Here is the cover I illustrated for Adam Shaughnessy’s middle grade book, The Entirely True Story of the Unbelievable Fib. for Algonquin Books.I created it with water color dyes, photoshop and adobe illustrator.
This assignment was exciting not only because I had a long, quirky title to hand letter, but the story had giants,a mysterious hut in the woods, and gods from Viking mythology. There were so many options to propose for the cover:
Here is a middle grade cover that I illustrated for Shelley Moore Thomas’s Secrets of Selkie Bay. This assignment was fun because Anne, the creative director at Roaring Brook Press, gave me a lot of freedom to do what I wanted in terms of subject matter, type treatment, and execution. After reading the story that was beautifully told in first person narrative of an Irish girl, both Anne and I thought we needed to show the rocky islands of Ireland and give the book a sense of magic.
We combined some elements out of two of the sketches. Anne liked the drama of the splash against the rocks and the details of the town.
After the next sketch was approved, I painted the final using dyes:
Then I scanned the painting and did the rest of the image using my cintiq for photoshop (linework) and illustrator (type treatment):
Here is a sample cover for Greenwillow books that was not used. It was a cover for a steampunk novel where the protagonist, a girl who dresses in boy’s clothes, is on the run in a city that seems to be looking for her….
I have left the title out in this image, but it was in gold and orange in the dark area at the bottom of the cover.
It’s a middle grade book written by Peter Johnson. The story is a little different than my usual assignments because it is not a mystery, ghost, or adventure story. After doing several sketches, the editor and art director decided that they wanted a bunch of scenes from the novel as vignettes to allude to the slice-of-life moments in the novel told from the perspective of the eccentric Benny Alvarez. The book was a fun read and I was happy with the end result.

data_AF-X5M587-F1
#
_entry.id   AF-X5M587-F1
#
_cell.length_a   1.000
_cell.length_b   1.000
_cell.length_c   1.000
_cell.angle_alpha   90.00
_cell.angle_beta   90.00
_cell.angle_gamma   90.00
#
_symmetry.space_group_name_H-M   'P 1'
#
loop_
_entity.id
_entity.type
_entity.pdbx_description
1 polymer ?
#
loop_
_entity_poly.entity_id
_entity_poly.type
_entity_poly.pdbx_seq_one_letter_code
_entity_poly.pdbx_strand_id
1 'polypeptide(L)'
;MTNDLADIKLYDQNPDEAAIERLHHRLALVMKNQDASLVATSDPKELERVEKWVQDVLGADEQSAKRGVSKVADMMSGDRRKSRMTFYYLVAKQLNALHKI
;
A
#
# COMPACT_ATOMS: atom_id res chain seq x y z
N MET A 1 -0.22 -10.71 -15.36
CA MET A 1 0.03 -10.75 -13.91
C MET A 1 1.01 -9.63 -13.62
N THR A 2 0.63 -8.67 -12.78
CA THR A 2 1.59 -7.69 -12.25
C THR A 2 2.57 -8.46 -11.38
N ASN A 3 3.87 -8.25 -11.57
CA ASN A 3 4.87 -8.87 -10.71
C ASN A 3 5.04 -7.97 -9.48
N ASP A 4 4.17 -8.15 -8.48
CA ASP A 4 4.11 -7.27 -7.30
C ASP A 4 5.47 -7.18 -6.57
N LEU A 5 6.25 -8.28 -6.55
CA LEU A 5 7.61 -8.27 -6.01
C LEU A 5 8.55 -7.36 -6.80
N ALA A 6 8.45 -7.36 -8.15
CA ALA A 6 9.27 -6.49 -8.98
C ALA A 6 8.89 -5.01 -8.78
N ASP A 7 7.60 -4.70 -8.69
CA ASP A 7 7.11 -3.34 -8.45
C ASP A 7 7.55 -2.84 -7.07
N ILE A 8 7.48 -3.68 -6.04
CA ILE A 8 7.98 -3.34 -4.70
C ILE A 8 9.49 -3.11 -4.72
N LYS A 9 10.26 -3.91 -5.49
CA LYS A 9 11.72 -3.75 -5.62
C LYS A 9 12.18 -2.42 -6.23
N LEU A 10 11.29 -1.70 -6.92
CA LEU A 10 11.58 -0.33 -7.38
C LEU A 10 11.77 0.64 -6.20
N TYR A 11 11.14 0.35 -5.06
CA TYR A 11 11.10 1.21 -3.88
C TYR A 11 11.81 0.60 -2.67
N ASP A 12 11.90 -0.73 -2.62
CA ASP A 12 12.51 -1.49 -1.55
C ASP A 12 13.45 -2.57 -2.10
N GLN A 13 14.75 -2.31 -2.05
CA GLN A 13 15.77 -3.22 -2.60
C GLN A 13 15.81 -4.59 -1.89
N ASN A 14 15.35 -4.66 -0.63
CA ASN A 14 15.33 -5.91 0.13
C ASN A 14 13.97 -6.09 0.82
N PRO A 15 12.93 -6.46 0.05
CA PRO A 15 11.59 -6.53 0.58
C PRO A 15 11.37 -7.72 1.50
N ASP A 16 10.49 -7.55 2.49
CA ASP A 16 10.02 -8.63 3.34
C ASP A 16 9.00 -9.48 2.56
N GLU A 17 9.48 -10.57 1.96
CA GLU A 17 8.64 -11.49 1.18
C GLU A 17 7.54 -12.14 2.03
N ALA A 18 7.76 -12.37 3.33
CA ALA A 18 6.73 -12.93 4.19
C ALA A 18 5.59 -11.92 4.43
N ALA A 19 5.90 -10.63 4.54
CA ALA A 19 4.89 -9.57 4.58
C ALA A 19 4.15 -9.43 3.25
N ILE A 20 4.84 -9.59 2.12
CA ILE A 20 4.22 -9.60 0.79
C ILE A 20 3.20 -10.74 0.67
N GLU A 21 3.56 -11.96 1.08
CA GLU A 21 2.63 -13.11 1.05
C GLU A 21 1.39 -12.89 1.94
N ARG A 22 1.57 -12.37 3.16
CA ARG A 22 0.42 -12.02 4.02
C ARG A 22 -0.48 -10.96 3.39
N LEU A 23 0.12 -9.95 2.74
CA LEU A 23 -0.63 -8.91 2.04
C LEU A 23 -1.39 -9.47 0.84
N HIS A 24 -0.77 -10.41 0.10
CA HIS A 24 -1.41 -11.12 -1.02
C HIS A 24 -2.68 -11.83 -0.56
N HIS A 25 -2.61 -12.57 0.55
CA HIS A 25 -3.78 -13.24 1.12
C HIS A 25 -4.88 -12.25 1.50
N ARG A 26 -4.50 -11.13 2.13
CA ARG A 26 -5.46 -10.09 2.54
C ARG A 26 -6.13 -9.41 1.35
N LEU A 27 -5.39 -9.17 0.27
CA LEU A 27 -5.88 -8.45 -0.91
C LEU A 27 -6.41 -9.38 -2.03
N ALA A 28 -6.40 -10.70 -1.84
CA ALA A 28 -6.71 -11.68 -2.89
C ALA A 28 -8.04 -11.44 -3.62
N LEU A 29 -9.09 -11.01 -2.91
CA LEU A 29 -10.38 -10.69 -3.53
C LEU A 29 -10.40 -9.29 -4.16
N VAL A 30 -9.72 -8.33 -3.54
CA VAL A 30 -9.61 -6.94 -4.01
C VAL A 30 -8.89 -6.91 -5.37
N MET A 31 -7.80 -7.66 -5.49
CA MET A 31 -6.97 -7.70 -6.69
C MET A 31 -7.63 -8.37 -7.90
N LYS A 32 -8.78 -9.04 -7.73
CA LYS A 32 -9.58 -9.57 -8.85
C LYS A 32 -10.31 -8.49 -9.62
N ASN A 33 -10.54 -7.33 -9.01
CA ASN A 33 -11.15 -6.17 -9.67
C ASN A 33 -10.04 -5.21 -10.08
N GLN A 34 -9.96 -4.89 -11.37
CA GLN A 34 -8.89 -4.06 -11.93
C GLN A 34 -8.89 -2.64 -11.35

Below are some of the sketches leading up to final concept. I enjoyed coming up with all of the different angles of representing this story.
This was a refined, first-runner-up.
This concept made it through three rounds. It shows the negative Benny with his red headed friend on the back, who is more cheerful.
Benny drowning in the-glass-is-always-half-empty kind of way.
Initial concept more surreal. Benny lives a life where the glass is half empty, but he’s also a dreamer, so the silhouette of him “flies” to the surface.
Here is a book cover that I illustrated for Scholastic called A Snicker Of Magic. The story takes place in a quirky, southern town with a whole cast of eccentric characters. I did not do the title treatment on this one, but I enjoyed creating the wrap-around of how the town square might fold with the cover. It was also fun illustrating the characters in silhouette on the back. The book comes out in February of 2014, so go ahead and preorder your copy!
Here is another middle grade book cover that I illustrated for Penguin Putnam by Dean Pitchford called Nickel Bay Nick, about a young troublemaker who through the help of an older mentor, learns to do good for the people of his town Nickel Bay. In the story, the boy reverse steals by breaking into places and leaving 100 dollar bills for people to find in order to boost the moral of his community. The art director wanted me to show scenes within 100 dollar bills that occur in the story.